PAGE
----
I think I already went over in the X-Men review about Spider-Man’s placement in movie history blew the doors wide open for comic book movies to saturate the market, so let me open instead with my personal anecdote to break open some nostalgia.
The night of 11 May 2002, I recall clearly. My mom had brought my 9-year-old self and my siblings to the only-2-year-old shopping mall next to my elementary school and when our paths crossed the box office of the then spanking-new AMC multiplex and I saw a very very late 11 pm showtime for the already week-old release of Sam Raimi’s superhero adaptation Spider-Man, based on one of my favorite superheroes of all time*. It had already been a hard week because despite my excitement for the film, I haven’t been able to watch it yet. All the showtimes were sold out, but all my peers in school were able to watch it.
On the spot, I convince my annoyed mom to take that late showtime opportunity and I finally watch the movie I was hardcore anticipating.
Shortly after I left the theater, Spider-Man was the first experience I’ve had where I consciously had a favorite movie of all time. And while, some of the 15-year-age has knocked the dust off of it from being my idea of a perfect movie, it’s one of the few favorites of my childhood where I don’t look back and think “what the hell was I on?” On maybe a better day, I could imagine it having made the lower end of my favorite movies post.
So, if you’re expecting me to have a problem with Tobey Maguire’s portrayal as Spider-Man like the rest of the world inexplicably does, no, I’m sorry. He may not be much of an actor in his doughey pushover look and his soft-spoken two-steps-away from crying demeanor, but it’s perfect for a role like Peter Parker, a tired kid on a learning curve in the real world who has too much piling on top of him and can only hold on to his morality. Maguire doesn’t even have to try to act – this is Keanu-Reeves-in-John–Wick kind of casting for a limited actor***. When he smiles, you still feel there’s something wrong in the back of his mind (or Spider Sense), when he tries to win something that’s not a supervillain battle, you get the vibe he’s going to lose because he looks like he knows he’ll lose. It’s miraculously undepressing (Maguire sells both his casual underplayed scientific brilliance and his ability to inspire Kirsten Dunst’s Mary Jane Watson no matter how low they both find themselves), but clear this kid is overwhelmed by the stuff life is throwing at him.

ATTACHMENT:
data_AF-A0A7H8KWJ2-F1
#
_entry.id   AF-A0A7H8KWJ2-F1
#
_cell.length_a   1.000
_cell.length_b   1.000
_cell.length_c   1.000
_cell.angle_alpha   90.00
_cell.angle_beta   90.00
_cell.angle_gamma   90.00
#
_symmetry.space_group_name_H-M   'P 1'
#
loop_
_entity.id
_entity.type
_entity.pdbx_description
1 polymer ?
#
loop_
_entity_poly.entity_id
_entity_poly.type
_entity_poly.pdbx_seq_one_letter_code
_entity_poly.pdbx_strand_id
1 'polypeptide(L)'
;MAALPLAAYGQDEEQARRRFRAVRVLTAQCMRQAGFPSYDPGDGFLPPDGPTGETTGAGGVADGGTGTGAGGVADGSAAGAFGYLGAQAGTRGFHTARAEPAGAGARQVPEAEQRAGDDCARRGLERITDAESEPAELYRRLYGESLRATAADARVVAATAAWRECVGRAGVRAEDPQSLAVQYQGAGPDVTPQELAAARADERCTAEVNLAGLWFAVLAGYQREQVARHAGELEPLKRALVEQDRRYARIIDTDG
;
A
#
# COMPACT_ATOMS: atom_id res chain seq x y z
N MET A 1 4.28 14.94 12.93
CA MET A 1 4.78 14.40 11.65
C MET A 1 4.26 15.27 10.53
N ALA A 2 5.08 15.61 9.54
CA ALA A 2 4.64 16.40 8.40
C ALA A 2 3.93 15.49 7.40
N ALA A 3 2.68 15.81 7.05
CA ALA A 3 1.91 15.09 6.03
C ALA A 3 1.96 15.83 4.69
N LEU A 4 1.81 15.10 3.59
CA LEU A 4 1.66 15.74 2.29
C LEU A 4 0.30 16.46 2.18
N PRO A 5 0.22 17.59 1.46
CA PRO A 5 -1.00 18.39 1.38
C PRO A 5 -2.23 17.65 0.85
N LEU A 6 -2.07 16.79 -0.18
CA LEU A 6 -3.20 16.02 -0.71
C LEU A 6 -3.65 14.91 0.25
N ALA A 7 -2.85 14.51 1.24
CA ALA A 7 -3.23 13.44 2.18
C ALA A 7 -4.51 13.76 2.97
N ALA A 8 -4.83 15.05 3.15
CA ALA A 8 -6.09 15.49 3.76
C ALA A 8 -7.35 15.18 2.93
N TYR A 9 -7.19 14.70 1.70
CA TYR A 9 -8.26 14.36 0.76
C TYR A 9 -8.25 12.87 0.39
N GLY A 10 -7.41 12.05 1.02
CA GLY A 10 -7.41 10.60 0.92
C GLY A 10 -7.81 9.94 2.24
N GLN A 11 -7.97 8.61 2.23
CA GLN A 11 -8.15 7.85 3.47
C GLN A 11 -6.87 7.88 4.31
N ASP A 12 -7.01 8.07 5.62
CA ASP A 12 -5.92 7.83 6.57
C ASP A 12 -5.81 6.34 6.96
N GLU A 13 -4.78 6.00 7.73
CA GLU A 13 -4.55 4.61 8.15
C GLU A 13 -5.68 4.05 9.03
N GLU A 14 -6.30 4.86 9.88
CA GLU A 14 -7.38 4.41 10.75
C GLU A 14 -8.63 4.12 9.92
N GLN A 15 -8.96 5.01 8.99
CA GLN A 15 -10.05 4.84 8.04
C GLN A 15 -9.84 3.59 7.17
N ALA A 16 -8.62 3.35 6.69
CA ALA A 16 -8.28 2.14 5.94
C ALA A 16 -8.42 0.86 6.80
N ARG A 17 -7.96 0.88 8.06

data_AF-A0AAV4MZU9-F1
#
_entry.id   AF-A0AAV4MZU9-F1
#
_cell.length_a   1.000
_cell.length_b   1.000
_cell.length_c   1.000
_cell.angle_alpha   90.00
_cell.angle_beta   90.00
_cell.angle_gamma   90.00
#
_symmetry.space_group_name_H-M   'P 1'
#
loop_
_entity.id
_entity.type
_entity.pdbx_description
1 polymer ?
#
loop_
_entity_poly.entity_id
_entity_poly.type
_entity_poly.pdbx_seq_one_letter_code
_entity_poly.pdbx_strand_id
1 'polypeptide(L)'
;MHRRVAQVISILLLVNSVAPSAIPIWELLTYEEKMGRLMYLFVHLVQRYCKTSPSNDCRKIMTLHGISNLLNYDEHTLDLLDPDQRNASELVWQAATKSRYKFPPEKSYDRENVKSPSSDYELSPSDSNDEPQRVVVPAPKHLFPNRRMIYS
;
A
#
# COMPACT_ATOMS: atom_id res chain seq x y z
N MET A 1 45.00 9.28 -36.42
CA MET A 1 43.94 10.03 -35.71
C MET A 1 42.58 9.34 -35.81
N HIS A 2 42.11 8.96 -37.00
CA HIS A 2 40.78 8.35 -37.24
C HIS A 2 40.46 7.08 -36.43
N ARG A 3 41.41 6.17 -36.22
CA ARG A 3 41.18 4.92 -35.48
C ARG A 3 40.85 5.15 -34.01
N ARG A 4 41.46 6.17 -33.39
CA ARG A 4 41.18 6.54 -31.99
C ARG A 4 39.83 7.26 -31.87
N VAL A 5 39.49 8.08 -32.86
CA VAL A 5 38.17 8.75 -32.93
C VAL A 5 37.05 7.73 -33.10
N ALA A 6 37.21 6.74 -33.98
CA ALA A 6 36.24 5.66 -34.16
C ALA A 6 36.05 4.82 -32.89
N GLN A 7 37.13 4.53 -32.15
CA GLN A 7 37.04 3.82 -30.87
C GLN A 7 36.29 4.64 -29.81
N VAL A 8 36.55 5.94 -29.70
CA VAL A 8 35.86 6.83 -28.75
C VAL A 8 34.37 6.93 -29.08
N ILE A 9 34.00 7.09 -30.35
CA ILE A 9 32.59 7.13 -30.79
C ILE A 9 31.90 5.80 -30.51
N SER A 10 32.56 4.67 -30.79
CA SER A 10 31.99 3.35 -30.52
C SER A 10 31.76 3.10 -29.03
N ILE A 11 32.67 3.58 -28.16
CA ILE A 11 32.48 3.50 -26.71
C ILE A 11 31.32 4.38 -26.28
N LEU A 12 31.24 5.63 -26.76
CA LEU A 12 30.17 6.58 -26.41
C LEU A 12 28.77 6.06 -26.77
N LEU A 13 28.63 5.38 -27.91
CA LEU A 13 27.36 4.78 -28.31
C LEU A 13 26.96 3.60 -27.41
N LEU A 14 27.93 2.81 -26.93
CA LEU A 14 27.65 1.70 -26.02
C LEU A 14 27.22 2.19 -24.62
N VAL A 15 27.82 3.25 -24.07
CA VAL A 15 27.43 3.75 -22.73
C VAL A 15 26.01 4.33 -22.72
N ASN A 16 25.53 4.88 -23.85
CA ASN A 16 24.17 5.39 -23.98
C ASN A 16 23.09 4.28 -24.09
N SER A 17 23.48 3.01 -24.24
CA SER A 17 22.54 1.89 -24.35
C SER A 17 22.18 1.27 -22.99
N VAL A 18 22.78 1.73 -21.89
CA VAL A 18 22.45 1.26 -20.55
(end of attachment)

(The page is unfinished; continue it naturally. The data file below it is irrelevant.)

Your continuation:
It would be such growing pains that writer David Koepp throws as the Queens-based hero, who finds himself quickly graduated from high school within the first hour (as would have to be, Maguire was 26 at the time of filming) and living with his best friend Harry Osborn (James Franco), son of scientist Norman (Willem Dafoe). Peter is still helping his Aunt May (Rosemary Harris) deal with the murder of his Uncle Ben (Cliff Robertson), the man who inspired Peter to don his costume as Spider-Man with the immortal words “With great power comes great responsibility” after being bitten by a radioactive spider in Columbia University’s lab causing him to sling organic webbing, climb up walls, and become physically enhanced in strength, speed, and all of the above except still looking like Tobey Maguire. Meanwhile, Norman himself has his own secret performance enhancers causing him to go so crazy he dresses up as a Power Rangers villain and enacts a bloodthirsty vendetta against his corporate competitors under the name of Green Goblin.